I been finding myself thinking a lot about my Dad recently.
But before you click away - this isn't a maudlin sentimental blog at all....Dad's alive and kicking back in Ol' Blighty, as vigorous and opinionated as ever - think Alf Garnet (Alfie for my US friends), but thankfully without the racism.
Growing up, we butted heads. About politics - he's working class Tory, my first real boyfriend was a member of the Worker's Revolutionary Party - about education - he thinks everything that ended with 'ology" was a complete waste of time and money - so I studied English Literature (Ha!)..
You get the picture. My Dad was (is) an extremely hard worker and a smart man. Annoyingly he was often right - it was sometimes a challenge to find an plausible opposing argument,
"You're an idiot , what the hell are they teaching you?".......yes, Dear Old Dad.
The first time I got drunk, of course I vomited. I expected a lecture. I didn't get one.
"You and Alcohol" he said 'Do Not Mix".
A few years earlier, when I was a sullen and uncooperative teenager, we took a trip to America.
Up until then, we had always gone to Swanage in Dorset for two weeks and stayed at the Craigendoran Hotel ( I still remember the paisley carpet and smell of fried breakfast). We had made friends with people from all over England (Sarah, with an exotic Manchester accent, who cried inconsolably when Elvis died), and so when my parents announced that we were going on the Holiday of a Lifetime, I behaved like the self -centred, ungrateful little cow that I was, and showed off about missing my two weeks in Dorset!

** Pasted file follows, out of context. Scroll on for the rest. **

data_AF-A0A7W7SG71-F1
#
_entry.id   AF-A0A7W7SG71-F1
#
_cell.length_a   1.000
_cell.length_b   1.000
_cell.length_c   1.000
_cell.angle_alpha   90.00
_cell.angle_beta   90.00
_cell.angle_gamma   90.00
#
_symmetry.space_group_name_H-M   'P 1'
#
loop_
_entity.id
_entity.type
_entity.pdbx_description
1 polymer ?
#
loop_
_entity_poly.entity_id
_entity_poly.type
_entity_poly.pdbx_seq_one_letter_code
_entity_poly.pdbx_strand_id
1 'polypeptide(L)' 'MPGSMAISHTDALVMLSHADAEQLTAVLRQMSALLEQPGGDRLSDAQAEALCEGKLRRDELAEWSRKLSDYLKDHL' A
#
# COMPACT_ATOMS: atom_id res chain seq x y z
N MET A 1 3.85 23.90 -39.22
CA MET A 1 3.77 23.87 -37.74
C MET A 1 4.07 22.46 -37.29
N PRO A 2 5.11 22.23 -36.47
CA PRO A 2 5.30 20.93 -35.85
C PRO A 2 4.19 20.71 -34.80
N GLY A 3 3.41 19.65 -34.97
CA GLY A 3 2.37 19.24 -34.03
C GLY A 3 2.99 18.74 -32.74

I couldn't help but get excited about the trip. I had never flown before, I had never heard an American accent before, I had never eaten a Big Mac before......and the highlight of my trip....I had never met a Real Live Published Author before.
I can't remember the exact circumstances of the meeting, but I spent an afternoon with Jacqueline Jackson (she has published several children's book and memoirs) and I daydreamed about being exactly like her, because I loved to write too, and we both had the same name, so obviously I was going to grow up and be a famous novelist!!
It was, and still ranks as one of the Top Ten days of my life.
When Jacqueline (first name terms of course) signed a copy of 'The Taste of Spruce Gum" for me, my Dad, who finds all kinds of artistic people quite exasperating, said " I have no idea where she gets all these arty ideas from...certainly not from me!"
Ms. Jackson said " You gave her the Gift of Enthusiasm, and that's all she needs"
Over the last years, I have suffocated that gift from my Dad. I haven't told him yet that I have quit drinking - he is half way across the world, but last time I spoke to him on the phone..
."Can't believe you haven't got a real job yet...."....he said "You sound happy....speak to your Mum now"
I didn't get a chance to tell him that annoyingly he had been right about the bloody alcohol and that finally, finally....I have been dusting off his gift to me.
(OK, I lied, it was sentimental).